Saturday, July 25, 2009

Results of Maaas's Plot Layering

Here is another plot layer: trying to discover the connection between the Senator's mistress and the victim

1. Drew tries to write or call the senator and is blocked by the secretary

2. the aide agrees to meet with her for coffee

3. when Drew is leaving her building at nighttime, she is stopped by the senator and his driver, a man from Russia, and tells her that is connection is related to a congressional subcommittee that is looking into psychiatrists who didn't report their earnings from pharmaceutical companies and the victim's husband was one of them. The intern had decided to do some investigating on her own to impress him; he still denies that he had an affair with her.

4. Drew looks into subcommittee's reports and finds that he is telling the truth

Wednesday, July 22, 2009

Result of plot players exercise Donald Maaas

Sorry again for the delay in posting. Book in a Week got me overwhelmed and then I went on vacation to Miami with my family, so postings might be a little thin for the next three weeks.

Results of Maaas Exercise on Plot Layers

Plot Layer #1: Drew discovers that Laurel was having an affair with the subcontractor and they were involved in a building scheme so they could make money and run away together

4 scenes that show this plot layer

1. Drew pretends she wants to get an estimate for a deck at her townhouse so she can question Kyle Harrigan. She gets him to confess the affair.

2. Drew puts together that the phone number she found in Laurel's bedroom connects them to a lawyer who is handling the real estate deal they have going - a large Georgetown Victorian which will be renovated and chopped up into condos. She finds out that the Victorian is not allowed to be chopped up into condos and realizes that another suspect, Tad Gowers, must be involved as head of the Historical Commission to influence this project going through.

3. Drew arranges to meet with Kyle Harrigan at a Panera's to confront him with what she has found out, but he stands her up. She calls him to say that she will go to the FBI with her information if he doesn't talk with her.

4. She meets with the FBI as he won't respond.

Reflection on Exercise

I'm going to continue with this exercise in the next posting as Maaas suggests adding several plot layers.

Tuesday, July 14, 2009

Book in a Week

I am in the midst of being in a writing challenge for Book in a Week. Each month for a week at a time, this organization offers a challenge for writers to set their own writing goals, which are posted. Each day, everyone who has joined for that week, can post their output for the day.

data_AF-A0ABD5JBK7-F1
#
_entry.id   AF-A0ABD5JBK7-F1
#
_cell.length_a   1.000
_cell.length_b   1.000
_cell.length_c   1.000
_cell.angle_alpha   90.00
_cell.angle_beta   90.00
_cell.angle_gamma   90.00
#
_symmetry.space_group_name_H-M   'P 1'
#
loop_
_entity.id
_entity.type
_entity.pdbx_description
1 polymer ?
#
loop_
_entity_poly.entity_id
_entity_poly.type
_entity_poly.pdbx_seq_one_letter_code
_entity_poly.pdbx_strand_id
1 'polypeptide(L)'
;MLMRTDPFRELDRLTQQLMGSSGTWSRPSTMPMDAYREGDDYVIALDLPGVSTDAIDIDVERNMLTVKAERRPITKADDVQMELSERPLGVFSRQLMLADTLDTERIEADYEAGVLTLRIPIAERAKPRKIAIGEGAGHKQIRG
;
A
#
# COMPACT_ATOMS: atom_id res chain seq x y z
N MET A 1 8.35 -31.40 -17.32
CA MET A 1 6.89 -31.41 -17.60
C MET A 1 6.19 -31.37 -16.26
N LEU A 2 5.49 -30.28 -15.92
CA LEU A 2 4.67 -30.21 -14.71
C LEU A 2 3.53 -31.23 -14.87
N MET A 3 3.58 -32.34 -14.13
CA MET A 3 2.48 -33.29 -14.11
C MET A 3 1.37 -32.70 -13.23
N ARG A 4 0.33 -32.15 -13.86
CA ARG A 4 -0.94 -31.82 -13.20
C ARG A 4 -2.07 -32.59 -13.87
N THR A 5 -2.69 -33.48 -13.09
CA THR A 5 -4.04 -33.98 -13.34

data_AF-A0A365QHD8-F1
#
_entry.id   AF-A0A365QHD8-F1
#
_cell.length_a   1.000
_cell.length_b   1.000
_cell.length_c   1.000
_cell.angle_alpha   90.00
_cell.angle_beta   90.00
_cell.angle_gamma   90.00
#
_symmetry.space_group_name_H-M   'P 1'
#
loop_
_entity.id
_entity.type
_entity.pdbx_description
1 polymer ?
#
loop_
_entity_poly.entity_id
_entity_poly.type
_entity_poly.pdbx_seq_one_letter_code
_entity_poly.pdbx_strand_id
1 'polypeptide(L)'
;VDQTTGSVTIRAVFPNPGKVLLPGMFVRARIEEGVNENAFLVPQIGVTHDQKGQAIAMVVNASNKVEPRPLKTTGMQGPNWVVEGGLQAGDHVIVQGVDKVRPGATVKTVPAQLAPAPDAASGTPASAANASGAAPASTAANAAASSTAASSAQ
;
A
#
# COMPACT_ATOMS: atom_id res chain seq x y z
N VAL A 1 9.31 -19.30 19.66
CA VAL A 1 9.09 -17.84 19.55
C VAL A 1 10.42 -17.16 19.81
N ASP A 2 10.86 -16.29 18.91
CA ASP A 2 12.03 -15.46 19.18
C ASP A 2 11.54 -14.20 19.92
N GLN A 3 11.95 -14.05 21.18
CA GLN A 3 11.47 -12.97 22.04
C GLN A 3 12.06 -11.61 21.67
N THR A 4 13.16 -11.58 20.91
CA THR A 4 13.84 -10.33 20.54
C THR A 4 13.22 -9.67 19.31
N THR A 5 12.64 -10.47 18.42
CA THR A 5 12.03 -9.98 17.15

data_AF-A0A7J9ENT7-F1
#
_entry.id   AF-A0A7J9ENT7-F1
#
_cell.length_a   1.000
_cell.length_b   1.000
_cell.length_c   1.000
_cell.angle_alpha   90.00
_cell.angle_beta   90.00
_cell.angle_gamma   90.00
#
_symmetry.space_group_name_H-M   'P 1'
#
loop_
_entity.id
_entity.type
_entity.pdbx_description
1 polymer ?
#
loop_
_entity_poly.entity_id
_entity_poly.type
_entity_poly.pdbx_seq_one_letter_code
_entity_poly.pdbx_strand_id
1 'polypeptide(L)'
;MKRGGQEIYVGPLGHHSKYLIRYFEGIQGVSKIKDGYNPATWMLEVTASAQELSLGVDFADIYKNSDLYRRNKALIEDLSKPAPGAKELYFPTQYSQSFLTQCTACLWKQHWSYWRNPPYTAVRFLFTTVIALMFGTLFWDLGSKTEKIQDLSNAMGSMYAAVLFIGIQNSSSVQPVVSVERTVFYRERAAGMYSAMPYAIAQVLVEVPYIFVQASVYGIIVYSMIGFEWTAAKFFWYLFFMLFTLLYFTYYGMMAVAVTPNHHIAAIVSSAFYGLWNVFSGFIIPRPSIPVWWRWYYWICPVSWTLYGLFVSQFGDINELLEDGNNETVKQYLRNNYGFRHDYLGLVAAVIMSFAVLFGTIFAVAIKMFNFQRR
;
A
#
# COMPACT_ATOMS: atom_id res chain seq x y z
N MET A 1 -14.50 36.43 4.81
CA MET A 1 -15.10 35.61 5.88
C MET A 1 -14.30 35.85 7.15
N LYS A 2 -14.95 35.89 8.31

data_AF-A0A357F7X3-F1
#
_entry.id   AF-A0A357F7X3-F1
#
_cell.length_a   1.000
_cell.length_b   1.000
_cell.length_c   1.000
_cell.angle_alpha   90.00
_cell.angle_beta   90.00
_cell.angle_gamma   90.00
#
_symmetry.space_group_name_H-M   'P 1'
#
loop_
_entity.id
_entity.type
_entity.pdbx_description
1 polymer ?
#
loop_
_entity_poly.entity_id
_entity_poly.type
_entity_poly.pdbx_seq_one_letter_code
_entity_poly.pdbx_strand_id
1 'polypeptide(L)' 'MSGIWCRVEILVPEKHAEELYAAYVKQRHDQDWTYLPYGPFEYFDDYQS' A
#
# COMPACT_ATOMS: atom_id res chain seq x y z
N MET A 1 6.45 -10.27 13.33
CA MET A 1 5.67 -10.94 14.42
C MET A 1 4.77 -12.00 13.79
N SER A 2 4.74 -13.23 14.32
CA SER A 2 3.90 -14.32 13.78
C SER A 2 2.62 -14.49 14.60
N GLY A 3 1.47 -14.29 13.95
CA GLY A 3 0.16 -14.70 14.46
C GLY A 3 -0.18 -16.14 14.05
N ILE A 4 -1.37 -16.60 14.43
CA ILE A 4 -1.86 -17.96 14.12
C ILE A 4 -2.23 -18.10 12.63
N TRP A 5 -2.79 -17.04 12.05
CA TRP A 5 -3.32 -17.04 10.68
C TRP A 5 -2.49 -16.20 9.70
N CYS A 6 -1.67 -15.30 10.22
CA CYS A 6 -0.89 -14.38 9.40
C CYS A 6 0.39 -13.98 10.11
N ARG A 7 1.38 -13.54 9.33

I have decided to shoot for 10 pages a day. Unfortunately, I am running out of plot ideas, and it is difficult to keep going without a plot in sight, so I'll be skipping to WRITING THE BREAKOUT NOVEL: THE WORKBOOK by Donald Maass (Writers Digest Books, 2004) for the plotting help that I need right now. There are many books that discuss plotting in a linear way, considering the three-act structure, but this doesn't work well for me. Maass's book is unique in talking about plotting from other standpoints. (I will return to Carolyn Wheat's book after Maass's book.)

The first exercise I'm choosing is "building plot players" (chapter 15, pps. 93-98) in which Maass asks a series of questions of questions about the problems the protagonist must solve and ends with suggesting that for each layer (problem) that you list and develop at least 4 scenes in which this problems plays itself out. (Maass prefers that I not write out his exercises; as an aside, I write to the authors of books I plan to use and get their permission ahead of time.)

Friday, July 10, 2009

Result of Storyboard Method to Scene Writing

I'm sorry I haven't posted in awhile but fell ill and got behind...


As follows is my application of the Storyboard method of scene-writing as described in Carolyn Wheat’s HOW TO WRITE KILLER FICTION (pps. 146-147).

Stage Setup

Time: Afternoon

Place: A McDonald’s restaurant or another fast food

Season: Cold – the sun hasn’t shone since the victim’s death

Sounds: Noise of old, grizzled men begging and laughing hysterically, servers speaking Spanish